poster332
And five days without school in Missouri insures your parents are summoned by the school Appeals Board to determine if the parents should appear at Child Protective Service for a child’s ‘excessive’ absence.

 

From the Facebook Group Missouri Moms and a school district’s interrogation of parents regarding student absences:

We got this from a Missouri Mom today. But we know that there are hundreds of you out there. And we want your help to restore parental rights in Missouri. We want to hear from you. Send us a private message and we’ll get in touch to get your story. Now read this:

 The Letter arrived the very day that school broke for Christmas. We were informed that our 15 yr. old had exceeded the five-period limit of absences and had lost credit for the classes he has missed. Furthermore, we were being ‘informed’ that an APPEAL hearing had been scheduled for the Monday after the Christmas break. An appeal hearing? Seriously? Appealing for what? Are we, the parents, to beg for mercy from this quasi-tribunal called the Attendance Appeal Committee? We were to bring the proper documentation to the hearing to excuse any absences. Following the APPEAL Hearing a letter would be mailed to us with committee’s decision. UNBELIEVABLE!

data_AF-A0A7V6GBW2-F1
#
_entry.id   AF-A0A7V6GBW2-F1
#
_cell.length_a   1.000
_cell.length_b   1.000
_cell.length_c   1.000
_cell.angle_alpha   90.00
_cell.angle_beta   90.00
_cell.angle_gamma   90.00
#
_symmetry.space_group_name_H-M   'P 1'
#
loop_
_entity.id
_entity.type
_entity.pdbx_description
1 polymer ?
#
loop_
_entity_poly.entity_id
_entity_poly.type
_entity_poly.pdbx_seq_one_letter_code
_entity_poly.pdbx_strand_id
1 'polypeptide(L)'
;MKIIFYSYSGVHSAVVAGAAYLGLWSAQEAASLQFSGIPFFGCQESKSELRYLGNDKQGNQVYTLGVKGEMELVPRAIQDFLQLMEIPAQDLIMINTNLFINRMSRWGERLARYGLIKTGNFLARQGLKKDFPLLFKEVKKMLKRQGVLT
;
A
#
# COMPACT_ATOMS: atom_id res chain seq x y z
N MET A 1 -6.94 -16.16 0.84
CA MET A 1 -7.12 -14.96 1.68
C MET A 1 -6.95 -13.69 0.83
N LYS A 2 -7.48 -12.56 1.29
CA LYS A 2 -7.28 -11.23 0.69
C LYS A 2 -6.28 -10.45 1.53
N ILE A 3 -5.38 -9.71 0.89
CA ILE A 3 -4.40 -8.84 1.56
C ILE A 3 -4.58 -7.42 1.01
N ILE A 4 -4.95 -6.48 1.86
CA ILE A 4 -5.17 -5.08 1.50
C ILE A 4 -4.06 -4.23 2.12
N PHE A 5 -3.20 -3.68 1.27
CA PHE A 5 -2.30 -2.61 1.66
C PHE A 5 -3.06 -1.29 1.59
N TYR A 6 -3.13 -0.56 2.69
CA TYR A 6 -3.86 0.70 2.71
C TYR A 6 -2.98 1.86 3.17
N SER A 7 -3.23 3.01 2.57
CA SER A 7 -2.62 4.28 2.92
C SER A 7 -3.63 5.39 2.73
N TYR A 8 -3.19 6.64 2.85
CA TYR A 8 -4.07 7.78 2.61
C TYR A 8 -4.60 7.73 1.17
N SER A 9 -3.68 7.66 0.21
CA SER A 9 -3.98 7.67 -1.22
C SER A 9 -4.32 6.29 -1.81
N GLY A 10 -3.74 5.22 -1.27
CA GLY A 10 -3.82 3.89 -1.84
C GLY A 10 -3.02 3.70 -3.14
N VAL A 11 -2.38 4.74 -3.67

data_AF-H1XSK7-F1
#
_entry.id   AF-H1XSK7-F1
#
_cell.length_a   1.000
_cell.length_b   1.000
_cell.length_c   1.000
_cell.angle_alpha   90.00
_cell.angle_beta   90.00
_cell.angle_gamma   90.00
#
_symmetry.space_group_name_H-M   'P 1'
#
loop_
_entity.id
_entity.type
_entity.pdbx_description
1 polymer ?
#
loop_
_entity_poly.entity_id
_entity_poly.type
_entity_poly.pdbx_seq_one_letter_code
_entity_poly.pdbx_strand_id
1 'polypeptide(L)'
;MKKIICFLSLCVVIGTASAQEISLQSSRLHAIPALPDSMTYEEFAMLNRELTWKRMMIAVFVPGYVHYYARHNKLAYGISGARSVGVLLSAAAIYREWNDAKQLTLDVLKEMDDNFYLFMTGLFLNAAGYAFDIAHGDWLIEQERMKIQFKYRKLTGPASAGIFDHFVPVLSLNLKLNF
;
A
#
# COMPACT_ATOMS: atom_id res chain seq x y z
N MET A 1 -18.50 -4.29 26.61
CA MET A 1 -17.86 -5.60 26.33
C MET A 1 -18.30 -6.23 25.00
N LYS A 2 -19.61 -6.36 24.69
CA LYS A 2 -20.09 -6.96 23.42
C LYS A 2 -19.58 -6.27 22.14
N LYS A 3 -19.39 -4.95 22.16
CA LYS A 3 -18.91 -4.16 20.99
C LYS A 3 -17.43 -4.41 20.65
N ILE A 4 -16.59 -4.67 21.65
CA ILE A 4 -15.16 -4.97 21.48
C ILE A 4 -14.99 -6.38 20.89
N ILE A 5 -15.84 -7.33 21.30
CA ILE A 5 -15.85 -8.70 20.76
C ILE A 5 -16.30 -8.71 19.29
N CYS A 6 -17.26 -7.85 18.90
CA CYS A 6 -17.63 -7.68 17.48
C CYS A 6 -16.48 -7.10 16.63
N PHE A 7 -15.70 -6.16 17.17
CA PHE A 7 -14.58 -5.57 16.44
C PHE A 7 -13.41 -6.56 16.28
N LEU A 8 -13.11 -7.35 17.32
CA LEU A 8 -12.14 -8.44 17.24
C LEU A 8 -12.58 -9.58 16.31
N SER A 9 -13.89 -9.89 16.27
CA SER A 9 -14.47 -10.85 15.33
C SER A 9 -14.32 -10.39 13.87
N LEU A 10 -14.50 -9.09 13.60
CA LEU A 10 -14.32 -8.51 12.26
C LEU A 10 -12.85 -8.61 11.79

The emotions that swirled around our family over the Christmas break were exhausting. What could this possibly mean? Would our boy, an honor student, well liked among his peers, a kind and decent kid, be robbed of his hard earned credits? Would all those early morning tutoring sessions for Trigonometry go up in smoke? Who were these people, who could so capriciously give and take away?

Today was the day. We went to the appointment. We sat in the hall, humiliated that we were being treated like some truant kid being summoned to the Principal’s office. Eventually, it was our turn. A large brawny man, the Assistant Principal, opened a door and said ‘next’. We were up. The other parents remaining in the hall told it all with the look of fear in their eyes. Everyone was so afraid.

We were mad.